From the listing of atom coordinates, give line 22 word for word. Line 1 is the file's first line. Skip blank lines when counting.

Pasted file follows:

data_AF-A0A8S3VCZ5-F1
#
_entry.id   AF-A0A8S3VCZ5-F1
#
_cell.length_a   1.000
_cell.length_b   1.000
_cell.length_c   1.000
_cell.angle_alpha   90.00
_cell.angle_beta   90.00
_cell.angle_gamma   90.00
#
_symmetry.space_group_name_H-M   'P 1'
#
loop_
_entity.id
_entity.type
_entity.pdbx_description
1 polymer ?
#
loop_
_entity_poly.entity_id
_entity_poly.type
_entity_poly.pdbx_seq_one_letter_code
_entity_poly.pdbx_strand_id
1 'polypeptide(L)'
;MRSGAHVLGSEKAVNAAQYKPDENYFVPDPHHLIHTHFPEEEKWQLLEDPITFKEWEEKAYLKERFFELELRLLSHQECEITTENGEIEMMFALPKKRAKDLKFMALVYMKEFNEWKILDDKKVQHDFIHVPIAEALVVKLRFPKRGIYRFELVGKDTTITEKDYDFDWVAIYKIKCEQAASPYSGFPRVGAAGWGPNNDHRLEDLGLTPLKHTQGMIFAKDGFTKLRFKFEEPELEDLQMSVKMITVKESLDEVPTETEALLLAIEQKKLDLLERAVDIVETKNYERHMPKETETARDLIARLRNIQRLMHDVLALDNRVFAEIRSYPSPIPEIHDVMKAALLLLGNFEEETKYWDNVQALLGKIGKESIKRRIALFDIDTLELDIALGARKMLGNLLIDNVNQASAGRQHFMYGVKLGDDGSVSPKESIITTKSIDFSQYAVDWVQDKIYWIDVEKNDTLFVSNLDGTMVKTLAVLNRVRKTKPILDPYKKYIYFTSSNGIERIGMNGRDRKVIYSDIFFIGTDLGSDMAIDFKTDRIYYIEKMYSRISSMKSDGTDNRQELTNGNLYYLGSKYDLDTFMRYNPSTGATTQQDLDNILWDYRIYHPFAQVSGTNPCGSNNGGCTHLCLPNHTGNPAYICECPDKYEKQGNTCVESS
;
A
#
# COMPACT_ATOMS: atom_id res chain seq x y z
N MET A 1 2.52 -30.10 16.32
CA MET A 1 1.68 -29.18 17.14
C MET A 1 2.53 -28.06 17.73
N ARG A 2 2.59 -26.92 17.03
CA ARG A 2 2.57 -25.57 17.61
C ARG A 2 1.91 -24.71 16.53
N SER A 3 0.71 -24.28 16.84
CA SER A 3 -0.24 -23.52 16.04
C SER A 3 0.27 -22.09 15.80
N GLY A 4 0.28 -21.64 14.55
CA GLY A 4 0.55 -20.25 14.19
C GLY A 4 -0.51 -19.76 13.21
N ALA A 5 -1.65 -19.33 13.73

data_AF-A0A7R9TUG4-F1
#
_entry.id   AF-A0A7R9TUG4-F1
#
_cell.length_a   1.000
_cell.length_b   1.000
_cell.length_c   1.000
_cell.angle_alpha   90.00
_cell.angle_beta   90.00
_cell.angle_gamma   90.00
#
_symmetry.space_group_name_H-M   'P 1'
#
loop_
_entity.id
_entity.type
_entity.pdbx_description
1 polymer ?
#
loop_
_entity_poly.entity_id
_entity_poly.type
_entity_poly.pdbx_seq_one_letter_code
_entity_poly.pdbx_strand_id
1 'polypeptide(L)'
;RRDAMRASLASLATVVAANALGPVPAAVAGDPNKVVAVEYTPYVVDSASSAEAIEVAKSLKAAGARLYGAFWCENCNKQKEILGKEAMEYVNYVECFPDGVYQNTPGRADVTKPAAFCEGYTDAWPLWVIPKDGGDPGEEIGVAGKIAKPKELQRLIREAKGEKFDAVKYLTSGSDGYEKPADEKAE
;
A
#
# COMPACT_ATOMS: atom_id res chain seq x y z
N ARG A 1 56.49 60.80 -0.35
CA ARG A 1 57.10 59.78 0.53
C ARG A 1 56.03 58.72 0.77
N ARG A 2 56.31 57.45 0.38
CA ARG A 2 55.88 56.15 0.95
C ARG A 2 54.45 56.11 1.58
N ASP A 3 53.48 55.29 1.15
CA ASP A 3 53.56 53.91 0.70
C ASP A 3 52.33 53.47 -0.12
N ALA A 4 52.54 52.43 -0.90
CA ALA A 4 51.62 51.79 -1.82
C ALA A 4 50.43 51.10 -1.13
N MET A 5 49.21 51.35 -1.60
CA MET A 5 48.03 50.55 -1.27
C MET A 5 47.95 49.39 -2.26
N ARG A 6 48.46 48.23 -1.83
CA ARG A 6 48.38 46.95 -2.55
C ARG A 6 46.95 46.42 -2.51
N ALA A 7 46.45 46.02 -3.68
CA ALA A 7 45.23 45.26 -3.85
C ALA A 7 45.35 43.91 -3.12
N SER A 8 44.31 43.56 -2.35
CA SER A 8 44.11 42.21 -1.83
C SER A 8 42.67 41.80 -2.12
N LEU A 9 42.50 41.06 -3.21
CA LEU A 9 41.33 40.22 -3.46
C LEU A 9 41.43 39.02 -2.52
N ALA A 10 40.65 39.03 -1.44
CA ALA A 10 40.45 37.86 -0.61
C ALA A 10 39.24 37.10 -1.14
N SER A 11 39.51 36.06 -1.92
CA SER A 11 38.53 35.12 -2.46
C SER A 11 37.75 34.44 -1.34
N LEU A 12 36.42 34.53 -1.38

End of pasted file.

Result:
_entity_poly.type